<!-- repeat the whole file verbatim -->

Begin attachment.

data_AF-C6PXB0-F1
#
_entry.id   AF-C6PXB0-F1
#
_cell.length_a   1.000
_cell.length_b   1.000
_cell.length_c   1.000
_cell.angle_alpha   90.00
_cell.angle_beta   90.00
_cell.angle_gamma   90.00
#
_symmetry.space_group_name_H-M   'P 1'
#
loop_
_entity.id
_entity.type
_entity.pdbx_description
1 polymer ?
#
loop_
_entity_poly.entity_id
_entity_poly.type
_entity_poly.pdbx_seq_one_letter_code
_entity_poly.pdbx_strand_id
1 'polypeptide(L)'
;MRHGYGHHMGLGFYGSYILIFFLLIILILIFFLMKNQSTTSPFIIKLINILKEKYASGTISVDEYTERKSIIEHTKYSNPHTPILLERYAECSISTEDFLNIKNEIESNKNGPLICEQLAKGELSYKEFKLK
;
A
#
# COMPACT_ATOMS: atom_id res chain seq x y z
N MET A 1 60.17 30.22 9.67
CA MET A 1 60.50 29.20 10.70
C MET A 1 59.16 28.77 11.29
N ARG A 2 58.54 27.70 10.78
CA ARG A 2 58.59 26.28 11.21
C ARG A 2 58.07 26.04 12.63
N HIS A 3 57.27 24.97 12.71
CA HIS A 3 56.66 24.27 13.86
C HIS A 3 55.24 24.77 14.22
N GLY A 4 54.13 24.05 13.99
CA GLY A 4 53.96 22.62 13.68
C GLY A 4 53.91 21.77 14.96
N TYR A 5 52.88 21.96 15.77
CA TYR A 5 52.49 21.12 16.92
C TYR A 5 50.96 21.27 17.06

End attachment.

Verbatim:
data_AF-C6PXB0-F1
#
_entry.id   AF-C6PXB0-F1
#
_cell.length_a   1.000
_cell.length_b   1.000
_cell.length_c   1.000
_cell.angle_alpha   90.00
_cell.angle_beta   90.00
_cell.angle_gamma   90.00
#
_symmetry.space_group_name_H-M   'P 1'
#
loop_
_entity.id
_entity.type
_entity.pdbx_description
1 polymer ?
#
loop_
_entity_poly.entity_id
_entity_poly.type
_entity_poly.pdbx_seq_one_letter_code
_entity_poly.pdbx_strand_id
1 'polypeptide(L)'
;MRHGYGHHMGLGFYGSYILIFFLLIILILIFFLMKNQSTTSPFIIKLINILKEKYASGTISVDEYTERKSIIEHTKYSNPHTPILLERYAECSISTEDFLNIKNEIESNKNGPLICEQLAKGELSYKEFKLK
;
A
#
# COMPACT_ATOMS: atom_id res chain seq x y z
N MET A 1 60.17 30.22 9.67
CA MET A 1 60.50 29.20 10.70
C MET A 1 59.16 28.77 11.29
N ARG A 2 58.54 27.70 10.78
CA ARG A 2 58.59 26.28 11.21
C ARG A 2 58.07 26.04 12.63
N HIS A 3 57.27 24.97 12.71
CA HIS A 3 56.66 24.27 13.86
C HIS A 3 55.24 24.77 14.22
N GLY A 4 54.13 24.05 13.99
CA GLY A 4 53.96 22.62 13.68
C GLY A 4 53.91 21.77 14.96
N TYR A 5 52.88 21.96 15.77
CA TYR A 5 52.49 21.12 16.92
C TYR A 5 50.96 21.27 17.06